Miss Vincent, however, testified there were no other hitchhikers. She said she fell asleep while traveling with Singleton and when she awoke; they were traveling in the wrong direction. The prosecution said Singleton pulled off a road in Stanislaus County, tied the girl up, raped and sodomized her and forced her to perform oral copulation on him. He drove on and then repeated the forced acts at another remote location.
Miss Vincent testified Singleton then chopped her arms off with an ax and dumped her in a culvert to die.
The Fresno Bee (24 March 1979)
Prostitute killer Singleton dies of cancer at age 74
"Lawrence Singleton died in his jail cell today, lonely and alone and despised." John Skye, defense attorney.
Lawrence Singleton. who chopped off a teen-age hitch- hiker's forearms in California and was later sent to death row in Florida for killing a prostitute, has died of cancer behind bars at age 74.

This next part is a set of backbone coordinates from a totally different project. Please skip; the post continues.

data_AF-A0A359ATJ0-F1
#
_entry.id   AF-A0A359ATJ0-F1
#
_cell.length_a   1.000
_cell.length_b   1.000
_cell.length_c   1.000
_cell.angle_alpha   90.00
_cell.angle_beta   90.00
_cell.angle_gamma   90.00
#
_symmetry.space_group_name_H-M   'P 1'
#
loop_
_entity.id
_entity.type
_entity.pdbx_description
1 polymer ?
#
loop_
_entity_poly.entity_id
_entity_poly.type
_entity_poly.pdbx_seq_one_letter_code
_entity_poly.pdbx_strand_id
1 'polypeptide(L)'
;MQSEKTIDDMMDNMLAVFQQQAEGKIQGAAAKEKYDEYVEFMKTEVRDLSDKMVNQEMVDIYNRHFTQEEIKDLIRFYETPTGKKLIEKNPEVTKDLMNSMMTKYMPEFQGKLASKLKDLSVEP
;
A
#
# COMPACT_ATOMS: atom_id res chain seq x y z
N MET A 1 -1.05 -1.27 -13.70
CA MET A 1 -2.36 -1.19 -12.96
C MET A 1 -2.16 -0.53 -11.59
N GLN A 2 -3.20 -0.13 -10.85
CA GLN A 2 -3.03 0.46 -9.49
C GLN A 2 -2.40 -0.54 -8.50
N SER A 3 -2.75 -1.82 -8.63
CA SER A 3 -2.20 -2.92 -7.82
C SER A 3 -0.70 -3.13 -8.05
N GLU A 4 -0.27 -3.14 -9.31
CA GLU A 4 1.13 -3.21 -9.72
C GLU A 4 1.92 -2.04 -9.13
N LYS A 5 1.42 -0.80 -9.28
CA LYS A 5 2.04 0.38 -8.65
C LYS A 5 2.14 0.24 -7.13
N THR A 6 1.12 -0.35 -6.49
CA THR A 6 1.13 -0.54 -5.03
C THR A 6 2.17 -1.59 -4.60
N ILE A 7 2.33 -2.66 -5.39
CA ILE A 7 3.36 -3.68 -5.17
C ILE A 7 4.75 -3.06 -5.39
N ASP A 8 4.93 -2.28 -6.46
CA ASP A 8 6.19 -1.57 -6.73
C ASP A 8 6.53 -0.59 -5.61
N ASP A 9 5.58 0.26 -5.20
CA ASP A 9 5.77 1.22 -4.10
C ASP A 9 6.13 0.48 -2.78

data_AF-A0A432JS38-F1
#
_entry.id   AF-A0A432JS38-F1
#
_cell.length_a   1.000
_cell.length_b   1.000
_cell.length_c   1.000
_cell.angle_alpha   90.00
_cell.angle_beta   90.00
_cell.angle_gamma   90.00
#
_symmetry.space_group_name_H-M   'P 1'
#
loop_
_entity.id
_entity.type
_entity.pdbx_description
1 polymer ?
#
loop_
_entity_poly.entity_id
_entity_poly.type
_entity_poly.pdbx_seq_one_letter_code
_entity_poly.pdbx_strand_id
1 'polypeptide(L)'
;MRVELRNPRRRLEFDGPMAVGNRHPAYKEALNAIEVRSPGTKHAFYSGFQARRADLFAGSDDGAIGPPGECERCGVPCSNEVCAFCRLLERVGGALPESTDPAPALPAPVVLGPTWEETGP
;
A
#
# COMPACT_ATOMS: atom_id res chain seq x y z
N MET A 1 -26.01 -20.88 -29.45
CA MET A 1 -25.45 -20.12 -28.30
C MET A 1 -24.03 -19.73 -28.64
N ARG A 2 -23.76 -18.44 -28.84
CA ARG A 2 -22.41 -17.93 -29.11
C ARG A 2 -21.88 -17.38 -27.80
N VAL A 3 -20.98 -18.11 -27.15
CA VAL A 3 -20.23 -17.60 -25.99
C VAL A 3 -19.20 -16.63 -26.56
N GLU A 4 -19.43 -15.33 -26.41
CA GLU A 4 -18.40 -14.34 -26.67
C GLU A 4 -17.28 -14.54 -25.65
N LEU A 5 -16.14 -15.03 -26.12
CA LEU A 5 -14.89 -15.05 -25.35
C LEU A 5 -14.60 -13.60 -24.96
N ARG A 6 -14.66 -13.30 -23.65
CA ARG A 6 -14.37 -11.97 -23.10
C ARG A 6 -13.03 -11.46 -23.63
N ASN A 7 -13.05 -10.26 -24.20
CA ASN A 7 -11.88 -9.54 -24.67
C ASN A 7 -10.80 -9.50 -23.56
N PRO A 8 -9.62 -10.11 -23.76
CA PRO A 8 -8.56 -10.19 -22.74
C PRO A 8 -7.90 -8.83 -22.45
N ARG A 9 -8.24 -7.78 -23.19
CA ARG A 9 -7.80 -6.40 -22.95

Singleton died Friday at the North Florida Reception Center in Starke, prison officials said Monday. He had been on death row since for the 1997 murder of Roxanne Hayes, the mother of three. No execution date had been set.
"He. had a deeply ingrained hatred and dislike hatred and dislike of women," said Assistant Attorney General Browne, who represented the state Scott in Singleton's appeal of his death sentence. Florida Supreme Court upheld the sentence last year, rejecting the claim he didn't get a fair trial because of notoriety from the California crime.
In 1978, Singleton raped 15-year-old Mary Vincent, cut off her fore- arms and left her to die. In a decision that caused a furor in California, the retired merchant marine seaman was paroled in 1987 after serving eight years.
Outraged California communities refused to accept him, and authorities housed him in a mobile home at San Quentin Prison until his parole was up in 1988.
While Vincent went into hiding, Singleton's release prompted reforms in California's sentencing law, which lead to longer sentences for violent criminals.